This process of figuring out what the problem is can be difficult, and many people are insistent with their views on training and the results they have or haven’t achieved. Most people fall into this category of denial. There are many possible reasons for your success or lack thereof.
As trainers we see them in the gym or hear the same dogma come out of their mouths. Something like, “I know what I am doing,’’ or, “I use the same circuit of machines 3 times per week starting with my arms.’’ Usually this is mentioned with the utmost confidence. As always their appearance never changes or if change occurs it’s usually undesirable.
I have 4 areas to evaluate which will help you stay on track to ensure productive results. Now if you are pleased with your progress, then this info may not be for you. The 4 areas to consider are listed in order of importance to use as a checklist.
AREAS TO CONSIDER
1. Goal Setting
2. Exercise Selection
This term seems simple enough but is often used incorrectly. The key here is learning to set realistic goals that are attainable. By no means am I saying to stop daydreaming of becoming a professional surfer like Laird Hamilton. Just realize what is attainable and what is not.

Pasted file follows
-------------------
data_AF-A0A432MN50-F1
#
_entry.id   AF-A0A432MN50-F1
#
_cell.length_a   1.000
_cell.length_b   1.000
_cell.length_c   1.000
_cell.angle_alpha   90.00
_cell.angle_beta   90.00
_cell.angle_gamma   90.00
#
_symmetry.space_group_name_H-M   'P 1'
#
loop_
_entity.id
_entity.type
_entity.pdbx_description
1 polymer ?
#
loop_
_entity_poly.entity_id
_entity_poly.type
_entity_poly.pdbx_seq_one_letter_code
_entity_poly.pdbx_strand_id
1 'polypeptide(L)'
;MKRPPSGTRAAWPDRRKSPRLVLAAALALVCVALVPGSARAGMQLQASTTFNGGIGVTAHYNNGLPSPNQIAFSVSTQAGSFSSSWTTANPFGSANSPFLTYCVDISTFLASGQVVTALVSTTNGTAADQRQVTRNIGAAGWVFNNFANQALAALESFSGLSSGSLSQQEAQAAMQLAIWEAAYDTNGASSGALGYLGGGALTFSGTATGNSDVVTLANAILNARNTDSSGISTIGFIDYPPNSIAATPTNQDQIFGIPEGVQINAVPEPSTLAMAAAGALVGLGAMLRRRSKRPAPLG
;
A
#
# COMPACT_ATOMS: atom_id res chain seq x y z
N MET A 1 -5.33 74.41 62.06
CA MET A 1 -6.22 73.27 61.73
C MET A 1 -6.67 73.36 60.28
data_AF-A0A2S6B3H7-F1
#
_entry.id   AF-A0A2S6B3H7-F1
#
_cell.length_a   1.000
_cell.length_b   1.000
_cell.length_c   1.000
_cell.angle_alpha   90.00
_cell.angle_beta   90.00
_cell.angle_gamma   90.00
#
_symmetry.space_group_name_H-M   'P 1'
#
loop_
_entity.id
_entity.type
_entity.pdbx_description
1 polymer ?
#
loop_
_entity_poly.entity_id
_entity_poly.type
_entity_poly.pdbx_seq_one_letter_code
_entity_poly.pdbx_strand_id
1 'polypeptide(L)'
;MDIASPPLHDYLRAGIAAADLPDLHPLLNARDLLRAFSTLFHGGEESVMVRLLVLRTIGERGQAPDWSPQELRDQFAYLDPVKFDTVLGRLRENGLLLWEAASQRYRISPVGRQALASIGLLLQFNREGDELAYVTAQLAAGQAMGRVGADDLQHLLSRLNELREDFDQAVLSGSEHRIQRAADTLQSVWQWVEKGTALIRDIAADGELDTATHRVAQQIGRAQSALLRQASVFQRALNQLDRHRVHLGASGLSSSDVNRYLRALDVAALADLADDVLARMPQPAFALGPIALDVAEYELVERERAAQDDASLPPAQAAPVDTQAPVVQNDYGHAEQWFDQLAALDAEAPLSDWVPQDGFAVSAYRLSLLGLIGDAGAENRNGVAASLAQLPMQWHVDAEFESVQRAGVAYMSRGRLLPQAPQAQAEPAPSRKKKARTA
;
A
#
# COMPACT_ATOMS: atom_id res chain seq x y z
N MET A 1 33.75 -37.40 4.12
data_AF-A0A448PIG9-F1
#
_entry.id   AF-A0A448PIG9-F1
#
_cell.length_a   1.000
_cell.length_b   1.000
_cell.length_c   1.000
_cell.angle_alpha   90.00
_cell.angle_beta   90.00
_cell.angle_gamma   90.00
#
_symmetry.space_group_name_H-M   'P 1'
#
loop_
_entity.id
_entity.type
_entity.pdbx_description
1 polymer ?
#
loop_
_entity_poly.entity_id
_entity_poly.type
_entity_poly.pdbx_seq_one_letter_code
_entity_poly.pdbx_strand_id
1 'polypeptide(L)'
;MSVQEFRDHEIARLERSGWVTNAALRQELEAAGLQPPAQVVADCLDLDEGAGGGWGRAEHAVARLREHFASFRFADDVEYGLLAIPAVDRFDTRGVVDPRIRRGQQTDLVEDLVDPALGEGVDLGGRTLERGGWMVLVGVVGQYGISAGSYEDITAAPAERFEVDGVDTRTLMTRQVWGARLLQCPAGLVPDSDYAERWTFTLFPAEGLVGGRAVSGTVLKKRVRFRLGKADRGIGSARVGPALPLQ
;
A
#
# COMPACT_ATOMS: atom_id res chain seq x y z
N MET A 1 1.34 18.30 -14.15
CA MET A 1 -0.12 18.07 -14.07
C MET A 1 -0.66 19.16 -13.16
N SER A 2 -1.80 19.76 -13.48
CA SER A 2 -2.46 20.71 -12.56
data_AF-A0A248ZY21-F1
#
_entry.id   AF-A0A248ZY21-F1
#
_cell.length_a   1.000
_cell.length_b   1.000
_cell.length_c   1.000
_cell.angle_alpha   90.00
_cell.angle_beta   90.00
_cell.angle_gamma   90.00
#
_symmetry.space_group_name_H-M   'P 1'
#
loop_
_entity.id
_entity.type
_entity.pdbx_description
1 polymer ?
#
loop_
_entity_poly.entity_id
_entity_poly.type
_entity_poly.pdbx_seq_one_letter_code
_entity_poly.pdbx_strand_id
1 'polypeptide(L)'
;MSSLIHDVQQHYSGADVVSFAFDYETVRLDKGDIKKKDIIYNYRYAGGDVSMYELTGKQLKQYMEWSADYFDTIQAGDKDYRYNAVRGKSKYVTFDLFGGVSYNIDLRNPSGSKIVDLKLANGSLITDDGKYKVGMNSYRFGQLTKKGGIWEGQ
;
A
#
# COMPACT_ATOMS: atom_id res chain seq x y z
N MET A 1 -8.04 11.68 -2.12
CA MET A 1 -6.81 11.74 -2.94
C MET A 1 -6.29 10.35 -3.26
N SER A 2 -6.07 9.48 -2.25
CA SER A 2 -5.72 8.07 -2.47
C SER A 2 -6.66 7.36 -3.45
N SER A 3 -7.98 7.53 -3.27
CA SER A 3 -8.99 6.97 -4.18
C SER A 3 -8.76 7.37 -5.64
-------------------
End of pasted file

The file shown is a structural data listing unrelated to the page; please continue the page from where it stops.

I am only 5’10’’ so I know I probably do not have the best chance of playing in the NBA. Setting this as a goal would not be realistic. I realize there are exceptions to every rule, but I am not that for basketball.
Goals can be put into short and long-term categories. You should implement both kinds of goals associated with your fitness needs. A short-term goal is a goal with a more immediate outcome where a long-term goal is set and accomplished over a longer period of time.
An example of both would be: I want to lose 20 pounds and lose 2 pounds per week. The long-term goal is to lose 20 pounds and the short-term goal is to lose 2 pounds per week. Next would be to make the goal more concrete and set a timetable. I want to lose 2 pounds per week for 10 weeks equaling 20 pounds total.
Another area to mention is having a plan. You should have a plan written down prior to entering the gym. What does this have to do with goal setting? Without an initial plan there is not any way to measure your progress. Failure to have a pre-workout plan would be an easy way to ensure the goals you have set would not be met.
This area is dependent on your individual goals. You want to make sure to choose exercises that are appropriate for your goals. Every exercise should have a purpose or cause and effect. You perform bicep curls to get larger or toned biceps depending on your goals.
The majority of your exercises should be compound exercises. Compound exercises are going to be the most beneficial for the majority of people. Compound exercises recruit a larger number of muscle fibers than other exercises.